Breaking away

The Disc Road model I tested is a culmination of many of the new ideas. The frame is made from an oversized Columbus Spirit tubeset and has a fairly classic geometry, but it also has some modern touches such as disc brakes and the option to fit wider tyres. The cabling is a mixture of internal and external to help with the packing process. With some practice, Broby says it can be done in 20 minutes.

The bike’s paint comes courtesy of Aston Martin and there’s no doubting the matching Enve finishing kit makes the complete bike a head-turner, but if you want to be slightly less conspicuous, you can just have the whole lot in black.

For me the biggest question of all is: does it lose any performance compared to a standard bike? If it does, I don’t think the equation would quite add up: adding convenience with one hand and taking riding pleasure away with the other. Thankfully the answer is no.

The Explorateur climbs, descends, sprints, rolls along and stops like any other bike. For the first 30 or so seconds you ride, there is a minor undercurrent of terror (can that little bolt really hold it all together?) but once that subsides you can just get on with riding and forget about the Break-Away system entirely. 

The Explorateur is not the stiffest bike under heavy sprints, but it’s easily on par with other steel bikes, so it’s more a case of material limitations rather than inherent flex in the frame couplings. The front end of the bike is rather magical – the tapered Enve disc fork has no discernible flex under braking, which combined with the oversized head tube and Enve finishing kit gives it an incredibly stable and precise cornering feel.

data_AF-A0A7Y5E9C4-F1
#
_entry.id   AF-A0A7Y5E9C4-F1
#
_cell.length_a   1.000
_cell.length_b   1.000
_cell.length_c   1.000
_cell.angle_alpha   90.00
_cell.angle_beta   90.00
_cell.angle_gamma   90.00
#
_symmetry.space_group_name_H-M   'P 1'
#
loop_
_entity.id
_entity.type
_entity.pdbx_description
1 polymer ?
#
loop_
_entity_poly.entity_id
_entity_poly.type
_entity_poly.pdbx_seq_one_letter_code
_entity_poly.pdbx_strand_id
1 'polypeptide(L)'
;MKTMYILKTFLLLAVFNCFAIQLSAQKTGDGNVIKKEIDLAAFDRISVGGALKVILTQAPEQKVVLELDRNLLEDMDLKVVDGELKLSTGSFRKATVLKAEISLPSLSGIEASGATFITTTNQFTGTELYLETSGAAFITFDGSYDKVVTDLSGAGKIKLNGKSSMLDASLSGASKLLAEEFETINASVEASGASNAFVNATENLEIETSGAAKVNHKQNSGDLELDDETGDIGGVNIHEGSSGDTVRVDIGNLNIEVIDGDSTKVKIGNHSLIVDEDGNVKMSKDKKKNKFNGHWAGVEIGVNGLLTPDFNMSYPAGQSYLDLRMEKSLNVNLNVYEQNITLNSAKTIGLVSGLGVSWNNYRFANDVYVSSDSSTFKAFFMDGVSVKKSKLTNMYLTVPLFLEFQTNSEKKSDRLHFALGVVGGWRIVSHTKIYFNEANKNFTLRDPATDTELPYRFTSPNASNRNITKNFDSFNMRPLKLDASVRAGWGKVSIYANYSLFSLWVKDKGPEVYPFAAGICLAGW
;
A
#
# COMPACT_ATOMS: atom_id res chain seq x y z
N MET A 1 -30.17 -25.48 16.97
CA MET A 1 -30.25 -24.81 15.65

The one thing it does give away is the weight. Despite the flighty Super Record groupset, the extra steel couplings plus the discs adds up to a total build weight of 8.1kg, which is about 500g heavier than a comparable standard steel race bike. It doesn’t compromise the ride for me, though, so I wouldn’t consider it a deal-breaker.

At first, with the Panaracer tyres on, I did find the ride a little harsh at the rear. It didn’t have the fatiguing rumble of an overly stiff carbon bike, but the Explorateur did thud a little over big holes. I put this down to the fact that the frame has been made as compact as possible to allow it to pack away so neatly. 

Since the Disc Road is capable of taking large tyres (although Broby is quick to add ‘it’s not a gravel bike’), I swapped in some 30mm Challenge Strada Biancas to see what changes they would bring. The first few pedal strokes were nervous moments, as the clearance for the 30mm tyres was tight, but they never rubbed the frame. The comfort was noticeably improved, as was the cornering grip, but without much loss in either acceleration or straight-line speed, although in terms of weight and rolling resistance perhaps 28mm is a happy medium to allow a touch more tyre clearance.

Because the standard geometry is whatever your ‘best bike’ is, the temptation would be to think of the Disc Road as an excellent ‘second bike’, perhaps left collapsed in the suitcase ready to fly at a moment’s notice. But to do this would be a crying shame because the Explorateur is perfectly good enough to be your only bike.

Model Explorateur Disc Road
Groupset Campagnolo Super Record
Deviations TRP Spyre disc brakes, Hope 140mm floating rotors
Finishing kit Custom-painted Enve stem, handlebars and seatpost, Fizik Arione R1 braided saddle
Wheels Broby Carbon Clincher rims on Chris King R45 disc hubs
Weight 8.1kg
Price £2,395 frameset
£2,395 (frameset)